“Flip is a very good basketball man. He’s a good friend. It’s always very difficult, but I felt like at that point, we needed to get a different voice and do things a little different than we’ve been doing them,” Grunfeld said. “I think we’re playing a more uptempo style, offensively and defensively. We’re pressuring the ball more. We’re taking advantage of our size and our length and our athleticism, probably a little bit better than we had earlier.”

After having success in New York and Milwaukee, where his teams were annual playoff contenders, Grunfeld admitted that the struggles in recent years have tested his patience but haven’t forced him to lose sight of the bigger picture.

“I’m very competitive, as well as everybody else in our organization,” he said. “Nobody likes to lose. I’m glad about that. I don’t want our players to get used to that.”

The Wizards (4-17) would have to win at least 12 of their final 45 games to avoid finishing with the worst winning percentage in franchise history. If any team has experienced a setback from the lockout, it’s the Wizards, who have eight players on their roster in their first or second season, and nine players overall on their rookie contracts.

Grunfeld said the inability of the coaches to work with players in the summer and a shortened training camp made it difficult for the Wizards to establish the necessary continuity in the early part of the season. The team also had little time to make significant roster upgrades through trades or free agency, though that wasn’t necessarily the objective during the condensed signing period.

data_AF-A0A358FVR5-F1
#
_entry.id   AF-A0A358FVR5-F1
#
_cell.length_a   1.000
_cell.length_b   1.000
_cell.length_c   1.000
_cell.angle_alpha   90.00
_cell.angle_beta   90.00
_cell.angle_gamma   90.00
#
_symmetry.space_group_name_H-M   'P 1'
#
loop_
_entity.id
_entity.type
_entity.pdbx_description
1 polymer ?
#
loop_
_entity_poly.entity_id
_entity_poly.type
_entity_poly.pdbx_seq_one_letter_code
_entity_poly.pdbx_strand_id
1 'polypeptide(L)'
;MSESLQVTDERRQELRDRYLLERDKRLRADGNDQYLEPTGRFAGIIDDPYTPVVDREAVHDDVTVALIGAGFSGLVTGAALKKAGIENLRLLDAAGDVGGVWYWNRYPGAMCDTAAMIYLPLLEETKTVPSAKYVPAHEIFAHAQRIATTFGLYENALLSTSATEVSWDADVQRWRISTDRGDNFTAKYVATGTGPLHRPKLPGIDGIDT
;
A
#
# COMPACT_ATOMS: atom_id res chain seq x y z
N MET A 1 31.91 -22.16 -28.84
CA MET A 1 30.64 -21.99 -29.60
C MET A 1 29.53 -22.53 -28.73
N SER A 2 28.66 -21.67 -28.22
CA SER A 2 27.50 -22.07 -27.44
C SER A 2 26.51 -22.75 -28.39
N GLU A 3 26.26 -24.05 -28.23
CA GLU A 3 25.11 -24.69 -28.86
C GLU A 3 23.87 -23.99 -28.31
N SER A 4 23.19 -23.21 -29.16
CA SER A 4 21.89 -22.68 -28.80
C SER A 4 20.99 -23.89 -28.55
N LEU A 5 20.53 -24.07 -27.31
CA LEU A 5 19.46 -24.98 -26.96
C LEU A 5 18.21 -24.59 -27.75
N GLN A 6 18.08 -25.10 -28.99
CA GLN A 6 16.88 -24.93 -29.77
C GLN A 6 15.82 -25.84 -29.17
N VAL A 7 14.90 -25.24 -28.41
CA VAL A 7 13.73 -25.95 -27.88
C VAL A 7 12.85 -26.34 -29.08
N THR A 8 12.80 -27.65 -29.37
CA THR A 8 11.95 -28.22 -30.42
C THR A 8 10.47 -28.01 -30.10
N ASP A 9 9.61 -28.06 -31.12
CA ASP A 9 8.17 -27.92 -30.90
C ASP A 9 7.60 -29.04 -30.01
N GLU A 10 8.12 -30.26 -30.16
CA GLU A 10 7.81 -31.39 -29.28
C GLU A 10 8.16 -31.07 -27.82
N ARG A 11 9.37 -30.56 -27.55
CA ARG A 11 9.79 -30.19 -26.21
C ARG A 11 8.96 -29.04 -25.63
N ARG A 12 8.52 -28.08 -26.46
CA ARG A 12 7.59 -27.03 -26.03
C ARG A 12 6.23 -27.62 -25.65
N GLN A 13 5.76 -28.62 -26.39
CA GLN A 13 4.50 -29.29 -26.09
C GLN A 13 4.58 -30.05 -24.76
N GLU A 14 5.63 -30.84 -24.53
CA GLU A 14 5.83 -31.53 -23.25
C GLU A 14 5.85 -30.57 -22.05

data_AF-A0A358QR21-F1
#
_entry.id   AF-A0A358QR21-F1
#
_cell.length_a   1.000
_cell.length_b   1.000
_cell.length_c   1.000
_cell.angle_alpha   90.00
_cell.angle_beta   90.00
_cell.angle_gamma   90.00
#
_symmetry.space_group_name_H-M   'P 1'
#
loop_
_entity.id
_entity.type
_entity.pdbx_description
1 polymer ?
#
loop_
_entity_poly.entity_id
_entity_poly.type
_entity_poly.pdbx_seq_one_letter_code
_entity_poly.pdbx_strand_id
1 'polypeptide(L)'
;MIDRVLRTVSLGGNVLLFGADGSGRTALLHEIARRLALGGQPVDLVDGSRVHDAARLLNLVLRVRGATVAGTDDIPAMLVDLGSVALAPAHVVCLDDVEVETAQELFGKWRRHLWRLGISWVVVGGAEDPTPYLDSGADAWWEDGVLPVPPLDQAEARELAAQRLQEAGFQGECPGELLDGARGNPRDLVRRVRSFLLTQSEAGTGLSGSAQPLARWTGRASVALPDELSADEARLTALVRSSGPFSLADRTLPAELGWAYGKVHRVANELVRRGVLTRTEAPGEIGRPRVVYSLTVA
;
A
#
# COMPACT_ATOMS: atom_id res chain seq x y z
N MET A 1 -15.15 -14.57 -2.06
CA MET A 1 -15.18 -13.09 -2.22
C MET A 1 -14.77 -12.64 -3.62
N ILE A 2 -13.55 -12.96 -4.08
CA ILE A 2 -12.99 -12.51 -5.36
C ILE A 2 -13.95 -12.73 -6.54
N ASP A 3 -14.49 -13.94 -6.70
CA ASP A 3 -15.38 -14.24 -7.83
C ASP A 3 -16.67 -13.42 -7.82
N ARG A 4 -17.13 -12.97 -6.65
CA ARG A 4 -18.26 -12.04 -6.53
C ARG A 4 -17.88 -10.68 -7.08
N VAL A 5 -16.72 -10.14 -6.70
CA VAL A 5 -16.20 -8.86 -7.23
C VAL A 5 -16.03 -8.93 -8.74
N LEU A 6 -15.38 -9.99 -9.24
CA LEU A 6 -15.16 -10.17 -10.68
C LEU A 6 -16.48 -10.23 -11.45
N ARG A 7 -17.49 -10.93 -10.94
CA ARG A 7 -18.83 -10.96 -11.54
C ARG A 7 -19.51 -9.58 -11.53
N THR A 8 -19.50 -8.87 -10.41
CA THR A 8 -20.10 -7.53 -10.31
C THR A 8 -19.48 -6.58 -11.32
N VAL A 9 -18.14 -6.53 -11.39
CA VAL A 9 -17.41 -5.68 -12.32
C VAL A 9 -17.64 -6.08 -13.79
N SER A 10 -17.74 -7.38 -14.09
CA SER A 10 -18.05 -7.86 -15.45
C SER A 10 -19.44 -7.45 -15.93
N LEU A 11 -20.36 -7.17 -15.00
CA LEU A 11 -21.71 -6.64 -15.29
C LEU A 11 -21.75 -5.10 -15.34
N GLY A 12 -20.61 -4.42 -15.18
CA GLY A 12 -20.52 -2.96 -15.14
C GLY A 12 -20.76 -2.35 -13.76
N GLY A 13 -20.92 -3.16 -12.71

“We could’ve added a couple of players this offseason who would’ve given an extra five or six wins and get us in that seven or eight spot, but it would’ve taken away from the development of some of the young players that we currently have,” Grunfeld said. “We feel like, by our young players, getting this valuable playing time, it’s going to pay off for us in the future, and we’re going to be in a real good position to add some solid players to this roster, because of the salary cap flexibility that we have.”

The Wizards have not used their available cap space to sign any veteran free agent to more than a one-year deal. When asked when the team would actually spend the available money, Grunfeld said, “When we feel the right opportunity is there for us, when the right player is there for us, that can fit into what we’re trying to do, then we’ll be in position to make that move.”

Grunfeld added that despite his contract situation, he has not been prohibited from making deals that would potentially add salary going forward. “We can do whatever we feel is in the best interest of the team,” he said. “Obviously, when you make any type of move, the owner has final say. But Ted has been great. We work very closely together and he’s also been transparent about what this organization is trying to do and we’re moving forward with it.”

Could more alterations be on the way? “We’re always evaluating our situation. Of course you’re always looking for ways to improve your team as you move forward, but our overall plan has not changed,” Grunfeld said, adding that plan this season is “going to be judged by how we continue to improve and how we continue to play hard.”